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Y7 Girl friendships 'drama'

(20 Posts)
oklumberjack Wed 22-Mar-17 16:27:15

I think I'm after reassurance from this thread that these things are normal.

My dd started Y7 knowing nobody from her Primary. Not to sound 'braggy' but she's very mature for her age both emotionally and also physically.
The first few weeks/months were pretty tough. She found it hard to make friends until she joined a few clubs etc. Eventually she found more friends in her tutor group (they have all lessons together, except Maths until Y8).

Things started to get tense a month or two ago with old Primary friendships breaking down, however luckily my dd didn't have this problem. However this past week things have been horrendous. It seems like all the girls seem to be in 2-3 cliques/groups. Nearly everyone has fallen out with each other, changed friends, not talking to old friends, freezing out people. Again, dd says although she's not a particular target she feels very tense. Everyone is snappy and on edge. Dd says she feels sick.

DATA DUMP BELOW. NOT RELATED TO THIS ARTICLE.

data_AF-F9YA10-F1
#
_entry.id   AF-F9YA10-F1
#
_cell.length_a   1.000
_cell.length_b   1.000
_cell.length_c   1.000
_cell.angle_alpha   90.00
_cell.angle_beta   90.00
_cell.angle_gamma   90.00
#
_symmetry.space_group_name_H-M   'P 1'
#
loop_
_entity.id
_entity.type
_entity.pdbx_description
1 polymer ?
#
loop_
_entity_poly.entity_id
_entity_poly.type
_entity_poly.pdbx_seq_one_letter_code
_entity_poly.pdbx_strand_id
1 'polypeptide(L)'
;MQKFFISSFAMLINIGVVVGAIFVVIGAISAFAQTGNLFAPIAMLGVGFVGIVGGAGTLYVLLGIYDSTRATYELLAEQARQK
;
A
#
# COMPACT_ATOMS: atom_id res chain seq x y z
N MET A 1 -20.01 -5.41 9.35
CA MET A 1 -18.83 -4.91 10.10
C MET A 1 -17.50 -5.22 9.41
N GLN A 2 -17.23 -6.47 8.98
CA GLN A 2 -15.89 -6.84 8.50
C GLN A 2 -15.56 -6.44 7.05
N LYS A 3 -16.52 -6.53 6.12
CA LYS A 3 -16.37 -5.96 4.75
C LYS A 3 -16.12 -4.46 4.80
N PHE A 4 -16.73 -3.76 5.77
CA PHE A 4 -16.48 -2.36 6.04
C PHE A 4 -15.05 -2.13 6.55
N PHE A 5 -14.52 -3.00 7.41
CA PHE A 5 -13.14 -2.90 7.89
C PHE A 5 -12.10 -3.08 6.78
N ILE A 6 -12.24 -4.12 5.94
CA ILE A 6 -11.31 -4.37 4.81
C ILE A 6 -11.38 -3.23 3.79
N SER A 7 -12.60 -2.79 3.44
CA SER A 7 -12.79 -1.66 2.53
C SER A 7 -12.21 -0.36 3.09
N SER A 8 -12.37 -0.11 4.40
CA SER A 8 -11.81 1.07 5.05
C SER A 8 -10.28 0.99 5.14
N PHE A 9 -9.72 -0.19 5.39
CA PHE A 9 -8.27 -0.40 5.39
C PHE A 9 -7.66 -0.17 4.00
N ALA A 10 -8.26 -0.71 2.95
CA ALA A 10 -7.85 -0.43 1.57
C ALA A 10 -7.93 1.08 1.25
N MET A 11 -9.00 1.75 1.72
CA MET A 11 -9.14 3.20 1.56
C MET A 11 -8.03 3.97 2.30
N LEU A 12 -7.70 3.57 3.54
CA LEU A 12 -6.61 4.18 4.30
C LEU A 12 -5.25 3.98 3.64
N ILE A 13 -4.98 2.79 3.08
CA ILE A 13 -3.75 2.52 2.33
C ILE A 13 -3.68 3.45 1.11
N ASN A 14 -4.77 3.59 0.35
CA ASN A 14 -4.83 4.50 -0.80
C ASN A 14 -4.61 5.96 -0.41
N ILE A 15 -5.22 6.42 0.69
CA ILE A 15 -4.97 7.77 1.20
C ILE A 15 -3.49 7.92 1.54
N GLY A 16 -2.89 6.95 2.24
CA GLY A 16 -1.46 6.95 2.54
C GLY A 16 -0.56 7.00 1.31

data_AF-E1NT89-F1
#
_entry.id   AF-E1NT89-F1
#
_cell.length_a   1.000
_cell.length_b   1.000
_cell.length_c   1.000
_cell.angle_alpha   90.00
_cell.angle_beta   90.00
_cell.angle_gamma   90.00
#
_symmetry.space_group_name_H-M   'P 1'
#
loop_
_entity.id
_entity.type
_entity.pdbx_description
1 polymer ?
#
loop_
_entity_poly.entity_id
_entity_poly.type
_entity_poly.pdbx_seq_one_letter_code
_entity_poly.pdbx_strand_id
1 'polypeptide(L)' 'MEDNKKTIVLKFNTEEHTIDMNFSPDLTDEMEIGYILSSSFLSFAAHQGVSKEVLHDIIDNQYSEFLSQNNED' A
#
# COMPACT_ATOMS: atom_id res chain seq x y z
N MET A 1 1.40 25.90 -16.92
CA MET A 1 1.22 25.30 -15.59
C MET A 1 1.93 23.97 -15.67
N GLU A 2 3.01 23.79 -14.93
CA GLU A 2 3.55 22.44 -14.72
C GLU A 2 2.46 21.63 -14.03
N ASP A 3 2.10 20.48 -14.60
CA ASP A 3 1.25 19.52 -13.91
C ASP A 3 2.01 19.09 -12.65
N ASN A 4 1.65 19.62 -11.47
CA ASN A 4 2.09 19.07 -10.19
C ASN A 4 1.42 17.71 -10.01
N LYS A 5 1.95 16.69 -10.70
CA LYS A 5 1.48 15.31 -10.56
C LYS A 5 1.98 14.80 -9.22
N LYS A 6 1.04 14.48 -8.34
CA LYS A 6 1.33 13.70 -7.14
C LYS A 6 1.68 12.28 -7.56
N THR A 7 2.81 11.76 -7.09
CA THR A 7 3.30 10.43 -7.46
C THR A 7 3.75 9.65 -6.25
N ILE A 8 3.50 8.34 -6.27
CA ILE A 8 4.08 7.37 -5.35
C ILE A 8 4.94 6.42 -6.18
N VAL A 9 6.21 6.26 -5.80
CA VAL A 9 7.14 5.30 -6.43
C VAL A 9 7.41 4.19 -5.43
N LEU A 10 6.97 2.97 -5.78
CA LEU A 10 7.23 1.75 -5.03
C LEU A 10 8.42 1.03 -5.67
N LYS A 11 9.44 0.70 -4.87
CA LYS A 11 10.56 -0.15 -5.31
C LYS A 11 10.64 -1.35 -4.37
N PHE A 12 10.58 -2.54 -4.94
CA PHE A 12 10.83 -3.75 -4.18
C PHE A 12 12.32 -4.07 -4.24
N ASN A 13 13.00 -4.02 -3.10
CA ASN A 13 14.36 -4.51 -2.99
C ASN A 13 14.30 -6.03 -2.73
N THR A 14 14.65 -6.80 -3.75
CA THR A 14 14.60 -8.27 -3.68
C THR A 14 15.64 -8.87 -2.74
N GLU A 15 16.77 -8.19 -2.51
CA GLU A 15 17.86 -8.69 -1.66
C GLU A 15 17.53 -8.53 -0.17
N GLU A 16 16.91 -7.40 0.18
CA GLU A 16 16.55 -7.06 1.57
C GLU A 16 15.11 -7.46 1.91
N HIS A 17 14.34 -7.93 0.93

The school has good pastoral care and they must be very used to friendship issues. I don't really have a complaint myself, except that the atmosphere is making my dd feel ill.
I wanted to ask, is this as normal as everyone tells me? My Neices have told me Y9 was the worst for friendship problems, other girls I know say Y8. It just feels so horrible. Is there anything to do except ride it out?

TeenAndTween Wed 22-Mar-17 16:32:43

Normal between y5-y8 I think. Ebbs and flows.
Ride it out. Advise your DD not to get involved in the dramas, and not to speak ill of people behind their back as when friendships change it will get back to them. She can speak to pastoral care if it's getting to her.

Unless it tips into bullying. In which case get involved!